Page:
The Florida Democratic Party leadership contest is down to four candidates, with reports that Nikki Barnes has dropped out and is endorsing Cynthia Moore Chestnut to be the party’s next chair.
Chestnut tweeted a statement from her former rival late Thursday night announcing Barnes’ withdrawal and endorsement for Chestnut.
“After seeing the results in Georgia it’s imperative that @FlaDems truly demonstrates that it’s prepared to trust black women. She is more than prepared to meet this moment. Join me in supporting her for Chair of the Florida Democratic Party.”
Earlier it was reported that Janelle Christensen is out. That leaves Chestnut, the chair of the Alachua County Democratic Party; Manny Diaz, the former Miami Mayor; Wes Hodge, the chair of of the Orange County Democratic Party, and Ione Townsend, chair of the Hillsborough County Party.
Barnes is a former member of the Democratic National Committee from Florida.
The election is set for Saturday to replace outgoing FDP Chair Terrie Rizzo. The Florida Democratic Party has not released details of how it will be carried out, or a list of confirmed candidates.
Much of the campaign reflects splits within the party, with Diaz rounding up many of the the establishment Democrats’ endorsements, and the other three gathering support from the progressive wing and from various coalitions such as Black Democrats who have been unsatisfied with the party’s direction and efforts.
Due to the arcane nature of FDP rules for elections, much of the voting clout rests with state committeewomen and committeemen from key counties, leaving much difficult to predict.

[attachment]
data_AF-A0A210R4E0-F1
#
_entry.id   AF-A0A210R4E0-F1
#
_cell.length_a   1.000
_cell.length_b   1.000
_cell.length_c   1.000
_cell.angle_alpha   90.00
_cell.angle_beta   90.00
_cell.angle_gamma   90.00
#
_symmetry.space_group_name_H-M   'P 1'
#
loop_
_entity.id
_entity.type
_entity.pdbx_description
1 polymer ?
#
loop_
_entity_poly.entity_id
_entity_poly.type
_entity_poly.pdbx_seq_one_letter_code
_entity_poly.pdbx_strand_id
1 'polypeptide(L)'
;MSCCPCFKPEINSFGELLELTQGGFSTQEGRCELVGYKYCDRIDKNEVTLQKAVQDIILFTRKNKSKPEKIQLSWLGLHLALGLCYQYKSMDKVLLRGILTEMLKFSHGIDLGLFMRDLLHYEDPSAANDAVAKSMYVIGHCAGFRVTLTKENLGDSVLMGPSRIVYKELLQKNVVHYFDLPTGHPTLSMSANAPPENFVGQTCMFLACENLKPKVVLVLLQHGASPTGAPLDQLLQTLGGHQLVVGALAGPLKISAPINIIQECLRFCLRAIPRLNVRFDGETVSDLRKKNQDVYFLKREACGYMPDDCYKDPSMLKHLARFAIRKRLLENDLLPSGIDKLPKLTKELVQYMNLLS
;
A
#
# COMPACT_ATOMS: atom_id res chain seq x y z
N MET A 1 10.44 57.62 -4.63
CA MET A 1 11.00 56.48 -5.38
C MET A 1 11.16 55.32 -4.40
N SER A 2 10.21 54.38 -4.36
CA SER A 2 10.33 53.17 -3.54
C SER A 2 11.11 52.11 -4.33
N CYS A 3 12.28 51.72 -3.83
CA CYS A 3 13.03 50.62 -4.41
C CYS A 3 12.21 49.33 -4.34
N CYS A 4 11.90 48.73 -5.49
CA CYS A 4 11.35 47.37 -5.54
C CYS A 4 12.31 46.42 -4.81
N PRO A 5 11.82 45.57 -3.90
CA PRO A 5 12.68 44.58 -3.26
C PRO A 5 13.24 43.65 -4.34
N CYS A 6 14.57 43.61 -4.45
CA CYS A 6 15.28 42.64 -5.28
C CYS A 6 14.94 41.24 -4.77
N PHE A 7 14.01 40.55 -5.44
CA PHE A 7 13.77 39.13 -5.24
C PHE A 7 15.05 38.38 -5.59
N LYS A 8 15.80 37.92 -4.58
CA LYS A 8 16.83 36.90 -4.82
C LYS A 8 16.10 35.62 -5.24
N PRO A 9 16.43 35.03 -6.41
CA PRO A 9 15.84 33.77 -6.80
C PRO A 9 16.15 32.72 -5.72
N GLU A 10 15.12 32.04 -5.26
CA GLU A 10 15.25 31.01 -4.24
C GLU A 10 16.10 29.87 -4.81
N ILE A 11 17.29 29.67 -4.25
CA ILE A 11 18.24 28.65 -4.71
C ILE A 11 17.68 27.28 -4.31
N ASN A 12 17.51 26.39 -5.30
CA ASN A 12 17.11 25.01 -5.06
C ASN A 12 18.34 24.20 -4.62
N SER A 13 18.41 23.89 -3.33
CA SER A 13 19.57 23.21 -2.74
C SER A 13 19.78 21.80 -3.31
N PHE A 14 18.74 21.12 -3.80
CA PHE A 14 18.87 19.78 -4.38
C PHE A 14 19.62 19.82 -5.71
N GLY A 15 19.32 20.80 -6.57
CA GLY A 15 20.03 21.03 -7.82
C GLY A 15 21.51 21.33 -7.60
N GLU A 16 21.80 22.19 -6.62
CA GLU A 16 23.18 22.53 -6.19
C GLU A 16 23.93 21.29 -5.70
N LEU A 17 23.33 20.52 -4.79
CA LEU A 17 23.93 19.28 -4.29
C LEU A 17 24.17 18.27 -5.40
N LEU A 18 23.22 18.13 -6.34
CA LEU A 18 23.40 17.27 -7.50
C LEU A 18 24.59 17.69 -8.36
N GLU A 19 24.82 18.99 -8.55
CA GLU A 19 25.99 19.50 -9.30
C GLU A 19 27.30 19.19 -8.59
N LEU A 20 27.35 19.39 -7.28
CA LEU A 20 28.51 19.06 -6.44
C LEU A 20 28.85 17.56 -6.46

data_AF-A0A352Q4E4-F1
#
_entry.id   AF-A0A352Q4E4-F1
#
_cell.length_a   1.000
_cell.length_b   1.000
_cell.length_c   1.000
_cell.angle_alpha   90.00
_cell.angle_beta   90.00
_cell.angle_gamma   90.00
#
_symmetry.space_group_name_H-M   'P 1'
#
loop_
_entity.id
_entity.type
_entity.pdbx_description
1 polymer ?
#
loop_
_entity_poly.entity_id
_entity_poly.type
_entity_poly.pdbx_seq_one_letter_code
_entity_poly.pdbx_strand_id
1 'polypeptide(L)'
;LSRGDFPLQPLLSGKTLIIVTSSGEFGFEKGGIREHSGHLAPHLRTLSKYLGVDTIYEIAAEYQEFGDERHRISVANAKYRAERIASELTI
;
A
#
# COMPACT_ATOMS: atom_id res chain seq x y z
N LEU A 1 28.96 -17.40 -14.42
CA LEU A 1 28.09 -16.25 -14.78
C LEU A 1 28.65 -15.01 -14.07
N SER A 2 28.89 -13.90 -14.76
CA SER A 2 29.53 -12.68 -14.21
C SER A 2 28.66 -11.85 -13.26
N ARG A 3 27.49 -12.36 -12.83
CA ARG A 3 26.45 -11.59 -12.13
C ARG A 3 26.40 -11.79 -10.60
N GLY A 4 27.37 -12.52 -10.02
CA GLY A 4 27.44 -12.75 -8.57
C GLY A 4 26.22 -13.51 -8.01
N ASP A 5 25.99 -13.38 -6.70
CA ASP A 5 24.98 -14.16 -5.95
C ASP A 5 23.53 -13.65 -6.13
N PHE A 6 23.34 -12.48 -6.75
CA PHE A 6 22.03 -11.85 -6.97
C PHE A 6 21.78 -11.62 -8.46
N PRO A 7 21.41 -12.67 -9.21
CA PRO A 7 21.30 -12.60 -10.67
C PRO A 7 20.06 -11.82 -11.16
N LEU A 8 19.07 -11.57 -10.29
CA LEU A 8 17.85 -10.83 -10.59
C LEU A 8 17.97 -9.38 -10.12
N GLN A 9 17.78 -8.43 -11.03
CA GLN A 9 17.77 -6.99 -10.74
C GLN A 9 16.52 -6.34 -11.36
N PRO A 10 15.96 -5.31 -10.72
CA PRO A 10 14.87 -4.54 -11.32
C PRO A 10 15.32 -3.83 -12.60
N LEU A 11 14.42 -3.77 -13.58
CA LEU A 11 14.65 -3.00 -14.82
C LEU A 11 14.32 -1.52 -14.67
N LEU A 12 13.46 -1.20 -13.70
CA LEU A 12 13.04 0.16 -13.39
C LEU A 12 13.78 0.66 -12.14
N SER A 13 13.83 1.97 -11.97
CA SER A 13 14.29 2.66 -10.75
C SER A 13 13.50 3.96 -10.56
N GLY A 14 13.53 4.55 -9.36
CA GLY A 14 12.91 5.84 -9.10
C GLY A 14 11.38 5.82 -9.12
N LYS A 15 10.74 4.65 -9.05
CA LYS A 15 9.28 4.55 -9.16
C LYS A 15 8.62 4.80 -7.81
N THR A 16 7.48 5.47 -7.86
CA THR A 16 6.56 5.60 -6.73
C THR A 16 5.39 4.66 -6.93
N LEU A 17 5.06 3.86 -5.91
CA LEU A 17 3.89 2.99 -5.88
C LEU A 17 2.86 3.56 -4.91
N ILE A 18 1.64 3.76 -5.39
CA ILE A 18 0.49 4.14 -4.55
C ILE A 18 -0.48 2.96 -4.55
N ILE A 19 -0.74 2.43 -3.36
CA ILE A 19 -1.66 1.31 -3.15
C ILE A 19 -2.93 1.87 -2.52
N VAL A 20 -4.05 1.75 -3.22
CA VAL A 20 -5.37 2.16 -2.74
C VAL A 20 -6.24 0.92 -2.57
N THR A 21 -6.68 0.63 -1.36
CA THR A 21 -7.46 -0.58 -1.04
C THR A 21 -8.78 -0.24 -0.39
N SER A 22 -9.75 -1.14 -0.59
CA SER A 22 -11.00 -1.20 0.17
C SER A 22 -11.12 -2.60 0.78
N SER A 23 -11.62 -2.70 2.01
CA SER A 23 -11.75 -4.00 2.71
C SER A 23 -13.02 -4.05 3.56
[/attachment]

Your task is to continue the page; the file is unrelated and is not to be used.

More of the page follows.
The last year was a bad one for Florida Democrats, and sets the stage for calls for major reform of the party.
Republicans trimmed Democrats’ voter registration advantage, as Democrats fell far short of their voter registration goals. Republicans then ran campaigns that won nearly all the close races in 2020 elections, expanding their majorities in the Florida House, the Florida Senate, and the Florida congressional delegation, and giving President Donald Trump Florida and its 29 electoral votes.
This came after the Florida Democratic Party sought Paycheck Protection Program money last spring, accepting $800,000 that was supposed to go to small businesses. It remains unclear how the party managed that, since the program was supposed to explicitly forbid money going to political parties, and Rizzo and other party leaders have declined to explain what happened. Under heavy fire from within the party and out, FDP leaders returned the money to the federal government. But Republicans made the matter into a campaign issue, hammering Democrats for it in fall advertising.